With physical theater and invented language, Jo Strømgren Kompani explores bureaucracy in The Department. | Theater | Pittsburgh | Pittsburgh City Paper

With physical theater and invented language, Jo Strømgren Kompani explores bureaucracy in The Department

click to enlarge Create expectations: Jo Strmgren Kompani performs The Department.
  • Create expectations: Jo Strmgren Kompani performs The Department.

In institutional terms, Jo Strømgren Kompani is but a pup, this year celebrating one decade as an independent ensemble developing works of dance, theater, dance-theater and whatever other classification one could impose.

In cultural-impact years, however, it's a group of seasoned old salts who've racked up a lifetime of street cred by their aluminum anniversary. They've developed a repertoire that averages out to one piece per year, visited nearly 50 countries and released a full-length film. Enthusiastic audiences have been won worldwide, and critics have bestowed none but the highest praise, including the British Theatre Guide's directive: "If you find this performance coming to a venue near you in the future, kill for a ticket."

The performance referenced is The Department. It is, in fact, coming to a theater near you: The New Hazlett Theater, where it makes its U.S. premiere with two performances as part of the Pittsburgh International Festival of Firsts.

While murder shouldn't prove necessary to secure entry, do what you must. The Department was conceived by the troupe's eponymous co-founder, who has been called the "Thor Heyerdahl of dance." (Agnes Kroepelien was the other pivotal force behind the ensemble's birth in Bergen, Norway.) The piece is an examination of bureaucracy, and like bureaucracy itself manages to be at once both ominously disturbing and snortingly ludicrous. Four men are trapped -- or do they only think so? -- in a government office, and have been there for quite some time. Like all good worker bees, they do what they're told. They respond to signals aural and visual, working diligently to please simply for the sake of pleasing, executing tasks nonsensical to the best of their abilities, when perhaps their efforts would be better put to questioning the validity of those tasks.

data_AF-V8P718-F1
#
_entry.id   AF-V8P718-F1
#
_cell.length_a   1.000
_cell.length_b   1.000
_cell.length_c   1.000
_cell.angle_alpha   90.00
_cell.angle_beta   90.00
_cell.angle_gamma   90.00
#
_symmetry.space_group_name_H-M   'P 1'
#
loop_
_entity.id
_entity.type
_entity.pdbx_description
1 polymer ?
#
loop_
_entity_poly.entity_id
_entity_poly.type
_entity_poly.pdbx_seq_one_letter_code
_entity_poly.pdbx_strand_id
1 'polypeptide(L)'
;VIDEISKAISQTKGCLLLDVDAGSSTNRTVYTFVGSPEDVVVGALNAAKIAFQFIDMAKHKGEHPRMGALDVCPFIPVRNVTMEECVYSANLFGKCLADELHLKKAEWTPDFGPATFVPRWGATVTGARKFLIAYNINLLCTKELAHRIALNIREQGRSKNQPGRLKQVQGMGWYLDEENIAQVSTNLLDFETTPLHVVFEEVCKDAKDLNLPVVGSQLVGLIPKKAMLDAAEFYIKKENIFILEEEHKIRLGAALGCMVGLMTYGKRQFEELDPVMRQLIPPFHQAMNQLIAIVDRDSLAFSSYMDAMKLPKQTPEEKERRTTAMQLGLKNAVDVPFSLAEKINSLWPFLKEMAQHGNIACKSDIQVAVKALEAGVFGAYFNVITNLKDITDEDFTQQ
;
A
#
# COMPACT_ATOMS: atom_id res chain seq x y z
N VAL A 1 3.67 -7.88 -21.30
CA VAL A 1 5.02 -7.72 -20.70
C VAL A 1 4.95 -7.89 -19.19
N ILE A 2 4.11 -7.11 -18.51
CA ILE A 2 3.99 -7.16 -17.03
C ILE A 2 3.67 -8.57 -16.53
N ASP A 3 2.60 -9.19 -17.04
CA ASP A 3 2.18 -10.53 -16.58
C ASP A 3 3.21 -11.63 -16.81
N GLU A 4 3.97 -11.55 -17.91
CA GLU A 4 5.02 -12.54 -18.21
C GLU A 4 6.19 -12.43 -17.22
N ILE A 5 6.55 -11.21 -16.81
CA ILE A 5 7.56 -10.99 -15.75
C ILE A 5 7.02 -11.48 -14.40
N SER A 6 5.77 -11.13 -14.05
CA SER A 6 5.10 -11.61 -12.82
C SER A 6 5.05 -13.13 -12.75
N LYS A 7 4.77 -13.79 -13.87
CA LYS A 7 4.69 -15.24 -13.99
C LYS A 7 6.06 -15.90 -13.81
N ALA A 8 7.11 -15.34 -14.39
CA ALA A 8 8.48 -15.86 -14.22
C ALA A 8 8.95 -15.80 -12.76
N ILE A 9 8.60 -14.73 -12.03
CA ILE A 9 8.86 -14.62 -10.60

The 70-minute piece features choreography, sets, props, costumes and sound design by Strømgren. Though he made his name directing dancers, in The Department Strømgren utilizes four actors to plumb the depths of dark humor and despair inherent in this material. Dialogue of a kind is incorporated, and though unintelligible in any language, it is no less incomprehensible and confusing than discourse with a supervisor fluent in corporate office-speak. (Anyone who's toiled under a robot boss will immediately recognize the similarities between Strømgren's office dogsbodies speaking in tongues and phrases like "maximize your potential as an element of the organization.")

The Department is comic, painful, ridiculous and brutally honest. While you're watching, you'll undoubtedly giggle at the antics of Strømgren's hapless drones even as you thrill to the talents of his performers and the sharpness of his vision. But the misadventures in bureaucracy will stay with you long after the curtain has fallen ... at least throughout your next day at work.


Jo Strømgren Kompani's The Department. 8 p.m. Thu., Oct. 23, and 10 p.m. Fri., Oct. 24. New Hazlett Theatre, 6 Allegheny Square, North Side. $20. 412-456-6666 or www.pifof.org



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